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Chapter 13 cases are occasionally converted to Chapter 7

In February, this blog discussed a provision of U.S. bankruptcy law that allows for a hardship discharge in a chapter 13 bankruptcy case. The 2005 changes to the bankruptcy code were intended to force more Americans into chapter 13 proceedings versus chapter 7. The code sets up a "means-test" that generally determines whether an individual, or married couple, qualifies for a chapter 7 bankruptcy, or whether the petition must proceed under chapter 13 of the code.

Chapter 7 is typically recognized by most Ohio residents as the more traditional form of bankruptcy. Financially distressed Ohioans seek chapter 7 relief to have unsecured debts discharged in a relatively short period of time, allowing the debtor to have a fresh start. Chapter 13 bankruptcies involve a 3-to-5-year repayment plan, in which a debtor pays all, or in most cases, a portion of the unsecured debt. At the end of the plan, outstanding unsecured debt is then discharged in the bankruptcy. In some cases, bankruptcy petitioners who qualify for chapter 7, but who are working, may choose to file under for chapter 13 for other purposes--but what if circumstances change down the road in a chapter 13?

The three main reasons people file for chapter 13 includes the means test issue created under the 2005 amendments to the bankruptcy code. However, some Cincinnati residents choose to file under chapter 13 for other reasons, including, saving the home from foreclosure, saving a car from repossession, or retaining some other valuable asset that cannot be protected under the property exemptions available under chapter 7.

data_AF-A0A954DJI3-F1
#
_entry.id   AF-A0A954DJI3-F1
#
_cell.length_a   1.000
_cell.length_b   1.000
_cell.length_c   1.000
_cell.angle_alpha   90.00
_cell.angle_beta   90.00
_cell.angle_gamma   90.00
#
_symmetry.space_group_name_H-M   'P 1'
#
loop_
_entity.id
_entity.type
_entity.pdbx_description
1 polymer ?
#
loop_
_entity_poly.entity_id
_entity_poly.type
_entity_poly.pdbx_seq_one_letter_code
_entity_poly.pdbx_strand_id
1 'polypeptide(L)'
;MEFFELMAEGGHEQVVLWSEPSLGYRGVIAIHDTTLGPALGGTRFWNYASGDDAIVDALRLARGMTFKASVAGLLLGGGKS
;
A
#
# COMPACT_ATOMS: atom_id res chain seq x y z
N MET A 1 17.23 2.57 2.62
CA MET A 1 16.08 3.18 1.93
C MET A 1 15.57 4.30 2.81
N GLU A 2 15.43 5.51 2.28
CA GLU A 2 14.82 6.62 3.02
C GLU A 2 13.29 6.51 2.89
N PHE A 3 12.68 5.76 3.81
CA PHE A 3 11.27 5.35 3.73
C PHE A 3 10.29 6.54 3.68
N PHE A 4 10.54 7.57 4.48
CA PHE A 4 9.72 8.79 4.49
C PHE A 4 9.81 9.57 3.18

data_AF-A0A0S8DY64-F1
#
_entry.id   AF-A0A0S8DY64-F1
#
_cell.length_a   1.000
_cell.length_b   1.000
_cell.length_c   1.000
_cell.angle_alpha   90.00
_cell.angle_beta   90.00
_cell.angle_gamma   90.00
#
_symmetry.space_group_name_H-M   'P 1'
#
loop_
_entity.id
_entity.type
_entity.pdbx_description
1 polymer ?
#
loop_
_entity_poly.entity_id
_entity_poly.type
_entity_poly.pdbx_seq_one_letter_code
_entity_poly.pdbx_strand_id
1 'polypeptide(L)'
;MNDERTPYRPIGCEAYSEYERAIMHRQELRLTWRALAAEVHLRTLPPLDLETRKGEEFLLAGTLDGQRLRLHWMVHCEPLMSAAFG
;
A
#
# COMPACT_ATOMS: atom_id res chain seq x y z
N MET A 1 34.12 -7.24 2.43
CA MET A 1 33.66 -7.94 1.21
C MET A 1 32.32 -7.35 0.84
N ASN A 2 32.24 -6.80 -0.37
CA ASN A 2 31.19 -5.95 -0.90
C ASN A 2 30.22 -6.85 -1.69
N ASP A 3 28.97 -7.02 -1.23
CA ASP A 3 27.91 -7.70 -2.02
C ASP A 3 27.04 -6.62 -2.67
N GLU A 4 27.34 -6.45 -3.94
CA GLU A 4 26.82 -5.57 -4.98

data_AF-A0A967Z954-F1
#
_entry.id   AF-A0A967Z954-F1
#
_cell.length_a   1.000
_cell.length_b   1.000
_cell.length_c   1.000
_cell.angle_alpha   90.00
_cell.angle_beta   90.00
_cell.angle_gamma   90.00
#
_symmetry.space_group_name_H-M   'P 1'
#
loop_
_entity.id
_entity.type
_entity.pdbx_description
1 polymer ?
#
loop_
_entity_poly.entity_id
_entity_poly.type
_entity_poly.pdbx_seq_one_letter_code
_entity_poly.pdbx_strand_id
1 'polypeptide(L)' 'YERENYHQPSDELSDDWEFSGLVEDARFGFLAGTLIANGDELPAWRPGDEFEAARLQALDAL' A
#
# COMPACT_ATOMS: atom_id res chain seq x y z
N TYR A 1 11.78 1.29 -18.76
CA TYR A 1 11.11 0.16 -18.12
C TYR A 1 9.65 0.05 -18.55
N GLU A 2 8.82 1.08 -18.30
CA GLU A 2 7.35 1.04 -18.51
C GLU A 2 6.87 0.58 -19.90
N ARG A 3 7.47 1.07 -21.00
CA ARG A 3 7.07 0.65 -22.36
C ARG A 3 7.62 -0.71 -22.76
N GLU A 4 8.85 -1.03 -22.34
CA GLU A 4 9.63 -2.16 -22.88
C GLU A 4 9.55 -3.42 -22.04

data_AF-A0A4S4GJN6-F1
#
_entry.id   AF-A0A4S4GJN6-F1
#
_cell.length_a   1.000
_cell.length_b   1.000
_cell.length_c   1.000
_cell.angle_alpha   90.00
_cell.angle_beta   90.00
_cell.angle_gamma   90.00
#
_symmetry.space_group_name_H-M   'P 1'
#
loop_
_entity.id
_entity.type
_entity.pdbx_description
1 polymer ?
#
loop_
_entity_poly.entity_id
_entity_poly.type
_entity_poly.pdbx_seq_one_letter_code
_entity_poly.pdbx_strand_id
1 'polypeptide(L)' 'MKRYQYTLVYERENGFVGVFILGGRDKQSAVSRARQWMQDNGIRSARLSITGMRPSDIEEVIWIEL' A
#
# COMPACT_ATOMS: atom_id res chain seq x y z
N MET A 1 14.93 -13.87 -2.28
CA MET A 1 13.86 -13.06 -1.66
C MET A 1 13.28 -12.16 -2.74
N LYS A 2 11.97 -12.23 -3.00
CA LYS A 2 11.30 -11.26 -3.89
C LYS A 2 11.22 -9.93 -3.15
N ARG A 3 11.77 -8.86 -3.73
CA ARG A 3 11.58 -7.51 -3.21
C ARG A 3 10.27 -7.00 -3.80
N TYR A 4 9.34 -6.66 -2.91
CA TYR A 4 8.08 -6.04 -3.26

Circumstances can change, however, during the 3-to-5-year chapter 13 repayment plan. An individual may go through an expensive divorce, lose their job, decide they don't need their home anymore, qualify for a loan modification and have their monthly mortgage payments reduced, or fall ill with a costly disease or condition.

When financial circumstances change during a chapter 13 plan, conversion to chapter 7 may be possible. Essentially, the court may allow a conversion for anyone in a chapter 13 plan, who otherwise qualifies for chapter 7. Others may not qualify for chapter 7, but based upon changed financial conditions, may be able to modify their payment plan to better reflect the change in circumstances.

An experienced Cincinnati bankruptcy attorney can assess an individual household financial structure and help to answer questions on what options may be available for debt relief under the bankruptcy code.

Source: Fox Business, "Convert From Ch. 13 to Ch. 7 in Bankruptcy?," Justin Harelik, Sept. 13, 2011

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